Renewable solar energy, the way to go

By Taurai Mazwi

Solar energy is the cleanest of all forms of energy and it is something that the Government of Zimbabwe is pushing for as the effects of climate change have taken a toll on our water driven energy generation at Kariba Dam.

It is easy for people to blame Government for the load shedding that is happening in the country, but they should know that they also have a part to play in conserving and using energy.

With the infrastructure in almost all power stations getting obsolete and the levels of water in the Kariba dam depleting due to the effects of climate change, the only best solution is for solar energy. Besides, solar energy is readily available and one will not be affected by the power cuts in any way. In fact they will not even realise that there is any load shedding.

It is with this in mind that Government will soon be launching National Renewable Energy Policy (NREP), which focusses on the energy needs of the country from renewable energy resources. It is an initiative aimed at securing the long term energy needs of the country in a sustainable way.

The aim of the  Policy is to  amplify  the  national  vision  of  the  country  as  spelt  out  by  President  Emmerson Mnangagwa’s vision 2030, which is meant to transform Zimbabwe into an upper middle income economy. The vision can only be achieved if the energy to power industries is readily available.

Under this policy Government is encouraging and pushing up for the use of solar energy and net metering. Net metering is a solar incentive that allows one to store energy in the electric grid when your solar panels produce more electricity than you need. The energy is sent to the grid in exchange for credits. Then, at night or other times when your solar panels are under-producing, they pull energy from the grid and use these credits to offset the costs of that energy.

Net metering helps one account for these differences by crediting them for the excess electricity their panels produce so they can use it later. Net metering is not the only way that utilities compensate homeowners for going solar, it is by far the most common as of 2016, in the United States of America (USA)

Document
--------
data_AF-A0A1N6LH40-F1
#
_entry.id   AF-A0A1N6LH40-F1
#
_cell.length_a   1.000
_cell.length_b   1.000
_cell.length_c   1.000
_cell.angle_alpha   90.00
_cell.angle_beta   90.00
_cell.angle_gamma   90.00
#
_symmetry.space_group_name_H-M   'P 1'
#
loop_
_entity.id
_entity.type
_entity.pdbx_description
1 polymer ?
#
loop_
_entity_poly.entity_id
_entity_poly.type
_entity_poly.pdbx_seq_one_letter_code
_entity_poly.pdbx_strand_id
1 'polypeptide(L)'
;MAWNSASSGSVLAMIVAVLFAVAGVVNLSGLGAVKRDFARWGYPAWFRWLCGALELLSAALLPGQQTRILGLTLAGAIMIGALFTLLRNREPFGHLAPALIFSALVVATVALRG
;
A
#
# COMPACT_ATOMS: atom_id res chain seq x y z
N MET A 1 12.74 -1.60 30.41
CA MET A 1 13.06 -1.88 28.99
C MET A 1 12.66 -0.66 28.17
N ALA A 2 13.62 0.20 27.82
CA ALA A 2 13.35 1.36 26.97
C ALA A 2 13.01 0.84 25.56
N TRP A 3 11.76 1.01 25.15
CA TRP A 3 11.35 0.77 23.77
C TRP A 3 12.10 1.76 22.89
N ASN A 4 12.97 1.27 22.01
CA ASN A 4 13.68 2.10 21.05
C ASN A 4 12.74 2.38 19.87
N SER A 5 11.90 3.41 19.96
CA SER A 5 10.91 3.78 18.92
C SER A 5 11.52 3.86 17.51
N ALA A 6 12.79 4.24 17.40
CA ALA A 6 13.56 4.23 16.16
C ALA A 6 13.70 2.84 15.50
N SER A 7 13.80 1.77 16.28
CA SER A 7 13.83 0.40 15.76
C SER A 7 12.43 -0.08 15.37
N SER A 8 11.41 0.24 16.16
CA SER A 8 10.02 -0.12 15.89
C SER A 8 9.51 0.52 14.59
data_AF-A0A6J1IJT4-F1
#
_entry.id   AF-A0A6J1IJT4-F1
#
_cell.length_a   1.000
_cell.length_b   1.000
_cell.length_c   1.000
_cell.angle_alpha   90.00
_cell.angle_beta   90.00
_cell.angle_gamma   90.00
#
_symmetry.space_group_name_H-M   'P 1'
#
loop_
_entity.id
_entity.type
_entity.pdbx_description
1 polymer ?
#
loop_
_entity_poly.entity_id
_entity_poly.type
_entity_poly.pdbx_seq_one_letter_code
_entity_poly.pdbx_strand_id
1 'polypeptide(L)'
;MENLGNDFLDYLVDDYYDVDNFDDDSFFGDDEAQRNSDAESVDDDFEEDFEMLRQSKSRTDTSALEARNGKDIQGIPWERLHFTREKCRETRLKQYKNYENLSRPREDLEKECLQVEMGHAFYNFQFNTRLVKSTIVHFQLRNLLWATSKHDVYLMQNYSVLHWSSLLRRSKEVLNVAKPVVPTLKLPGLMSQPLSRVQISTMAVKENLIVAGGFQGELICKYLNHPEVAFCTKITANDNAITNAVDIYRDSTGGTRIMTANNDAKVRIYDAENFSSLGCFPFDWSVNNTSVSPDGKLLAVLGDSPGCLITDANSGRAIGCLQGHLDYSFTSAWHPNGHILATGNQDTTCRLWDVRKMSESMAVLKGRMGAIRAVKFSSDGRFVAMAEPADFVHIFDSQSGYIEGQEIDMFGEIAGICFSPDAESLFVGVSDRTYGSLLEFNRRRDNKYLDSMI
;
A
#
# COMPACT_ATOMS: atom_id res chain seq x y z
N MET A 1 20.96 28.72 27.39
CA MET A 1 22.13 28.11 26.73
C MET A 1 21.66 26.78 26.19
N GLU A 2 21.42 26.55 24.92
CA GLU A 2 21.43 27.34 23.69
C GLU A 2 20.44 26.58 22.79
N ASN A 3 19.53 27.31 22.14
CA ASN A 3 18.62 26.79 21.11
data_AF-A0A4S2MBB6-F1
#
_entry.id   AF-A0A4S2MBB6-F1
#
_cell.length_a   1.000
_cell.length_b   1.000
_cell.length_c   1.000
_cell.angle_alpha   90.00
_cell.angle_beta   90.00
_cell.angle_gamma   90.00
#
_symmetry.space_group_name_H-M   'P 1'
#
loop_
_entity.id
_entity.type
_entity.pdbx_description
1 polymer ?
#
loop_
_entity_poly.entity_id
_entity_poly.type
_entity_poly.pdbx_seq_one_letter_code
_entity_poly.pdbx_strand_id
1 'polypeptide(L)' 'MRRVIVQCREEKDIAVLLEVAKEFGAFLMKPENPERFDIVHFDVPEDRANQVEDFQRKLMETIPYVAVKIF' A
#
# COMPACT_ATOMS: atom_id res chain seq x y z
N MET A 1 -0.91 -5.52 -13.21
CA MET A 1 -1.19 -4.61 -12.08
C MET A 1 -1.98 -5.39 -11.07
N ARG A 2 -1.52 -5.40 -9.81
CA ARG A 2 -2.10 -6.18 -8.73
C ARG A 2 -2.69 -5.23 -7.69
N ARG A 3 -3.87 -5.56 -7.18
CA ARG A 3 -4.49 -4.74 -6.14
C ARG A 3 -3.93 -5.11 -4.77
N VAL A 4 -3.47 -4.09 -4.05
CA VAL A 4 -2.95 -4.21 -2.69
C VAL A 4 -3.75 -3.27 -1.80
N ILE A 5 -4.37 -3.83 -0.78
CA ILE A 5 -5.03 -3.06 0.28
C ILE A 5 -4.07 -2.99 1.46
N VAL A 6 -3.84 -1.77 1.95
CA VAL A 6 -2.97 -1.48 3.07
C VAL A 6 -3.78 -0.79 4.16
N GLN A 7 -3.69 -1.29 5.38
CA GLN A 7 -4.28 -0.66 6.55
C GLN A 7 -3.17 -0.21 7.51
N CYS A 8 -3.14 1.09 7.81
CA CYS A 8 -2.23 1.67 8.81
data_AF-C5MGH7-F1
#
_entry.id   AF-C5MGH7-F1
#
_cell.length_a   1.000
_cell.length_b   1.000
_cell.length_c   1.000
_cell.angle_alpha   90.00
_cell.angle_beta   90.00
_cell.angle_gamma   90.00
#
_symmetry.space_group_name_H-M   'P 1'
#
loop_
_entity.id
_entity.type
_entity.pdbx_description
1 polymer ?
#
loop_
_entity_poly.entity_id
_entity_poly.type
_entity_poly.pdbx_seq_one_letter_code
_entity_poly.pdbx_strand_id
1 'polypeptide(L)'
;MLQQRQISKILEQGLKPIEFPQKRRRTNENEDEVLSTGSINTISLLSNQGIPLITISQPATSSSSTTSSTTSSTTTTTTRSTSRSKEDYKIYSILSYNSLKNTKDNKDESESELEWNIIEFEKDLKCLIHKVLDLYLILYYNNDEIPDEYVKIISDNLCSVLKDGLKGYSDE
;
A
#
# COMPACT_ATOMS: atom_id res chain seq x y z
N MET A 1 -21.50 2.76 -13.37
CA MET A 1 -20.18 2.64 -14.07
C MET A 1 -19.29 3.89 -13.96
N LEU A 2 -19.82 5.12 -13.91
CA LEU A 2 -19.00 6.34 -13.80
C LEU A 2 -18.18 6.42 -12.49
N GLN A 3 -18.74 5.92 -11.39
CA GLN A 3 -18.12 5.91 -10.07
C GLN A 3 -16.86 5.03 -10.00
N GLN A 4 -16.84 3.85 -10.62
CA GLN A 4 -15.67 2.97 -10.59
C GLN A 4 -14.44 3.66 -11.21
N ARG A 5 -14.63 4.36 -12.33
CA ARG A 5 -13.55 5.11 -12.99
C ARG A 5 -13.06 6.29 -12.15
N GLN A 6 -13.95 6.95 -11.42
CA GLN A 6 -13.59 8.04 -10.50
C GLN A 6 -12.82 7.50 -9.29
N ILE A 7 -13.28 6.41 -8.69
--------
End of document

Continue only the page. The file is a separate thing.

Zimbabwe has much to learn from other African countries like Tanzania when it comes to solar energy. According to the Energy Access Situation Report, 2016 Tanzania Mainland, reveals that solar power is the dominant electricity source in the country’s rural areas.

Zimbabwe has several solar power projects that are already running and being used. There is the Centragrid Solar Farm in Nyabira which is currently generating 2.5MW and an additional 20MW being worked on. When completed it will be pushing about 25 megawatts of power into the national grid.

 Harava Solar is another solar project which at the moment is producing 20MW, Riverside in Mutoko is producing 2.5MW, Soul gas is producing 5MW and Schweppes producing 1MW just to mention a few, all of which are producing and contributing into the national grid. All these reduce the demand on the national grid because these are now being used by companies and surrounding areas

It has been noted that developing countries have more than half of global renewable power capacity with China and India rapidly expanding markets for renewable energy. There are many renewable markets that are growing at rapid rates in countries such as Argentina, Costa Rica, Egypt, Indonesia, Kenya, Tanzania, Thailand, Tunisia, and Uruguay.

The use of renewable energy like solar energy in Zimbabwe will surely boost the number of investors for Zimbabwe considering that many would be willing to come and invest in this industry. Producing renewable energy for the whole country. This will surely turn around the fortunes of the nation.

There is no point really in people blaming Government of Zimbabwe and ZESA for the unavailability of electricity due to reasons beyond their control. It is up to everyone to ensure that we save the little electricity we have by using what we have efficiently. Renewable sources of energy are the only solution to the current power challenges that Zimbabwe is facing.